GZERO Media logo

Three decades after reunification, how united is Germany?

The Brandenburg Gate with a German flag during the period of reunification in Berlin, Germany

Though celebrations will surely be more subdued this year, many Germans will still gather (virtually) on October 3 to celebrate thirty years since reunification.

After the fall of the Berlin Wall — and the subsequent collapse of the Soviet Union — Germany reunited in a process whereby the much wealthier West absorbed the East, with the aim of expanding individual freedoms and economic equality to all Germans.

But thirty years later, this project has — to a large extent — been difficult to pull off. The economic and quality of life gap is shrinking, but lingering inequality continues to impact both German society and politics.


Wealth gap. Though much progress has been made in expanding economic prosperity in the post-unification era, former West Germany generally remains wealthier than the former East. Research shows that Eastern states continue to lag behind on unemployment and productivity.

Indeed, a 2019 government report on the "status of German unity" (2018 report in English can be read here) confirms that wage earners in the East generally earn less, while their risk of falling into poverty is about 25 percent higher. (It's worth noting that excluding Berlin, 12.5 million people live in the former East, while more than 66 million Germans live in the former West.)

Lack of opportunity breeds resentment. Inequality and lack of opportunity have created a sentiment of disillusionment among many East Germans who feel less optimistic about their financial prospects and ability to thrive. A recent Pew poll found that 42 percent of East Germans say that their children will be better off financially than they themselves were, compared to 50 percent of West Germans who said the same.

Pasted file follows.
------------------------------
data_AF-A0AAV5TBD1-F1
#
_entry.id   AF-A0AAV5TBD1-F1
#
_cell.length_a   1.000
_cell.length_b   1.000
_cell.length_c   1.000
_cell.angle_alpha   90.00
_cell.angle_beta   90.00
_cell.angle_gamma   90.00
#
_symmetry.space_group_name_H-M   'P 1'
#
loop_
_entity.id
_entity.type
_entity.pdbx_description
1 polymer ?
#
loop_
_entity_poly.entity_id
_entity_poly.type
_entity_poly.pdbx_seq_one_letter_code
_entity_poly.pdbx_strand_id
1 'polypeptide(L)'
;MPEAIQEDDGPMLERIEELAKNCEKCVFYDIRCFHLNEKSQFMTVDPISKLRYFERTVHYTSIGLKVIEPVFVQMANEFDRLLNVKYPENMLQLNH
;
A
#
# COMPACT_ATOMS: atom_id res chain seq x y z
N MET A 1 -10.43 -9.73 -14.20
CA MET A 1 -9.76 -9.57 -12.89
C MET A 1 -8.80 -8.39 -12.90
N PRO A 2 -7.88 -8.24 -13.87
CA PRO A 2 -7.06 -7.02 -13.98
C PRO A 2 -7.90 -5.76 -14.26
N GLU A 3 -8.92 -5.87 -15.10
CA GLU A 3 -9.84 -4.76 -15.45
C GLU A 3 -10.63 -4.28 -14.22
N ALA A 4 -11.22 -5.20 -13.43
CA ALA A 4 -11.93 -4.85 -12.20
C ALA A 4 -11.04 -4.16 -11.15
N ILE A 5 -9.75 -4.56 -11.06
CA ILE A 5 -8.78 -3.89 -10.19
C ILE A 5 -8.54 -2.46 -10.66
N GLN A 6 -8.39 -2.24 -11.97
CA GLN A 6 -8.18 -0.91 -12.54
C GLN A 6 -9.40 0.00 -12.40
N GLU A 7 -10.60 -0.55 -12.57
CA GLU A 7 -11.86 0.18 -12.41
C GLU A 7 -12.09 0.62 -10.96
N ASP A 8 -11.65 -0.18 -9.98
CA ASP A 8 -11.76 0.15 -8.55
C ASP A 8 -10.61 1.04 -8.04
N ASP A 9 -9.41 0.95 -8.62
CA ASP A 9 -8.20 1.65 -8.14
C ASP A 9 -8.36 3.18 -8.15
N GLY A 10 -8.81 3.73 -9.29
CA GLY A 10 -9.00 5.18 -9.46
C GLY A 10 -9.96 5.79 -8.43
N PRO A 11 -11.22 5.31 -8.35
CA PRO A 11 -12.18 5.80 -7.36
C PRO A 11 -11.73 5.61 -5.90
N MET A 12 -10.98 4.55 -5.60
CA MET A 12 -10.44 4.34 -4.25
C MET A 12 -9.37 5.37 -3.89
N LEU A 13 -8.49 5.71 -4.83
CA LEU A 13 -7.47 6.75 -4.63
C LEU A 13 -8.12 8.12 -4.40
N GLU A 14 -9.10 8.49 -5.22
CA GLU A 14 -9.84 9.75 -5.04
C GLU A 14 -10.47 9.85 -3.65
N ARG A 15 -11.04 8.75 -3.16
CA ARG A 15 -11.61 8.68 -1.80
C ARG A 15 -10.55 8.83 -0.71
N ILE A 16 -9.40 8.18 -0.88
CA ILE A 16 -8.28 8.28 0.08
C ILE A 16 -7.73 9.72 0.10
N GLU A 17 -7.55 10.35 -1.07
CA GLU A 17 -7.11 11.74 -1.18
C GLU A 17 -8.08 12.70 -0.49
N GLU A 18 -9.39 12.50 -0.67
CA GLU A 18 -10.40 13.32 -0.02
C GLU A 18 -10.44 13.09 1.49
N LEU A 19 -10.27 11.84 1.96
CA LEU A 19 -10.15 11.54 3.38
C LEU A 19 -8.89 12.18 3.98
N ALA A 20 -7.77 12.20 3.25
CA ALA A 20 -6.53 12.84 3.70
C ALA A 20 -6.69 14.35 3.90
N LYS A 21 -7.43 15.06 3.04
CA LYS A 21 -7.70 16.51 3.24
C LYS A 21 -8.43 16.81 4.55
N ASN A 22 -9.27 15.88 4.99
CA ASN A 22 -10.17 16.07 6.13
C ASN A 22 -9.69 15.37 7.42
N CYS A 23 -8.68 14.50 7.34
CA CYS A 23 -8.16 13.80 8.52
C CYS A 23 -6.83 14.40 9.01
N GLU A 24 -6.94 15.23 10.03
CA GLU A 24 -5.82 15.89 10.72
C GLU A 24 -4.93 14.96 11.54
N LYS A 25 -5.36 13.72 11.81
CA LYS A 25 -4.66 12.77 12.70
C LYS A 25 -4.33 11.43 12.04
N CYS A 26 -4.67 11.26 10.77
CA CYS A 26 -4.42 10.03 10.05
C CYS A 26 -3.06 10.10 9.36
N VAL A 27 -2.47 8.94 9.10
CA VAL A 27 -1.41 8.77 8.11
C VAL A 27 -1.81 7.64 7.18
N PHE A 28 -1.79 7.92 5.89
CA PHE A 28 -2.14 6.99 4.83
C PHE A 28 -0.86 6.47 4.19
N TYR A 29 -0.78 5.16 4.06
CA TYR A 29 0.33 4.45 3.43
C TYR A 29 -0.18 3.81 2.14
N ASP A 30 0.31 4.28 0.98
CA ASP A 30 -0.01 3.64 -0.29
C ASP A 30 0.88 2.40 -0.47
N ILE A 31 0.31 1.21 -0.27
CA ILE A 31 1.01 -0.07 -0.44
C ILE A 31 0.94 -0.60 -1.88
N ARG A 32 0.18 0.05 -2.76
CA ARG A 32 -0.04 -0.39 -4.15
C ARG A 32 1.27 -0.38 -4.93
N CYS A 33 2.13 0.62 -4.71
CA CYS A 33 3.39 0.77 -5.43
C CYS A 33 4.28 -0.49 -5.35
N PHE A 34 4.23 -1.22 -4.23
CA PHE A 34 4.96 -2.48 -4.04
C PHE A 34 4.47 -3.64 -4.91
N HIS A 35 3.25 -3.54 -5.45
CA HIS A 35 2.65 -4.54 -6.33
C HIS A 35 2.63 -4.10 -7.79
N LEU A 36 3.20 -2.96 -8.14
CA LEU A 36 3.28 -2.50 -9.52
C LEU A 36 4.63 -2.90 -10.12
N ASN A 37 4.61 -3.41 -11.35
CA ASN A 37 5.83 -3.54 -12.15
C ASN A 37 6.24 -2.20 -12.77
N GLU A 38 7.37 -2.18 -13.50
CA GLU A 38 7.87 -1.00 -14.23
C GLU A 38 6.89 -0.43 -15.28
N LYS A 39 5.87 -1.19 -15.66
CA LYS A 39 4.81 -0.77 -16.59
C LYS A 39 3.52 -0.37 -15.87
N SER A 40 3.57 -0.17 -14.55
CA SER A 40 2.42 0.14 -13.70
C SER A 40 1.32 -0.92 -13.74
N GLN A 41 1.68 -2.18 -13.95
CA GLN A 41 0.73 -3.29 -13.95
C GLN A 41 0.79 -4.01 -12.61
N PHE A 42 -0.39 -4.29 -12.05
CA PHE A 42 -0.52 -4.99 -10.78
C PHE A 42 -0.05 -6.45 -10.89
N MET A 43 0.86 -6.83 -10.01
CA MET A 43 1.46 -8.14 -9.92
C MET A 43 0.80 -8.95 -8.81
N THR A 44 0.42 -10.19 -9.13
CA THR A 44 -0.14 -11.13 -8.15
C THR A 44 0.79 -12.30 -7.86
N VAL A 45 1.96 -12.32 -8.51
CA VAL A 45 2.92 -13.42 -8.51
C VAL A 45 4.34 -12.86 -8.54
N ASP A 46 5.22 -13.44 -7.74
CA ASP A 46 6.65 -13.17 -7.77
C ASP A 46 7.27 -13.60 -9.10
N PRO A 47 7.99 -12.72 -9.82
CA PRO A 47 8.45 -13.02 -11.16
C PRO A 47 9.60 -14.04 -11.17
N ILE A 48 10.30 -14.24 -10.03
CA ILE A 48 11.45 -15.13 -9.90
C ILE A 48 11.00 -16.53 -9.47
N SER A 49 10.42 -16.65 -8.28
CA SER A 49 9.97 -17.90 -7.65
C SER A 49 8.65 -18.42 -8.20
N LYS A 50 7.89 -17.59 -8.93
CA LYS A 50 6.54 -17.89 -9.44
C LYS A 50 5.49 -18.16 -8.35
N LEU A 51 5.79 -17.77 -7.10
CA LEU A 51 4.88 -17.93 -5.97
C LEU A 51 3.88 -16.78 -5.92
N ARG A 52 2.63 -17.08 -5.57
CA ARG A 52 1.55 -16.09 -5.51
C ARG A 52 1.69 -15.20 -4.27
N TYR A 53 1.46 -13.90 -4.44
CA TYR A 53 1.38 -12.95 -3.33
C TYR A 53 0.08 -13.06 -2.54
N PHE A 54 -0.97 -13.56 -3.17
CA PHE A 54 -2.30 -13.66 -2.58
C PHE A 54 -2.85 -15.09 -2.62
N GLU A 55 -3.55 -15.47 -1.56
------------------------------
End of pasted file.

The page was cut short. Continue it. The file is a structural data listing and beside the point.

Indeed, in recent years, many East Germans have expressed resentment at having not reaped the rewards of reunification, which, in turn, has given renewed emphasis to identity politics within that part of the country.

Far-right support surges in the East. The unequal state of play has led many East Germans to pin their hopes on far-right political parties — like the populist Alternative for Germany (AfD), the largest opposition party in the Bundestag, — that seek to exploit public disgruntlement over the economic challenges many have endured in recent years to expand their political cause.

And it's working. For years, the far right has been gaining steam in the former East. For example, in state elections held last year in Thuringia, the AfD won 23 percent of the vote, up 13 points from 2014. The far right's illiberal and anti-immigrant views also resonated with economically disadvantaged voters in places like Saxony and Lusatia, helping the AfD secure several victories across the former East.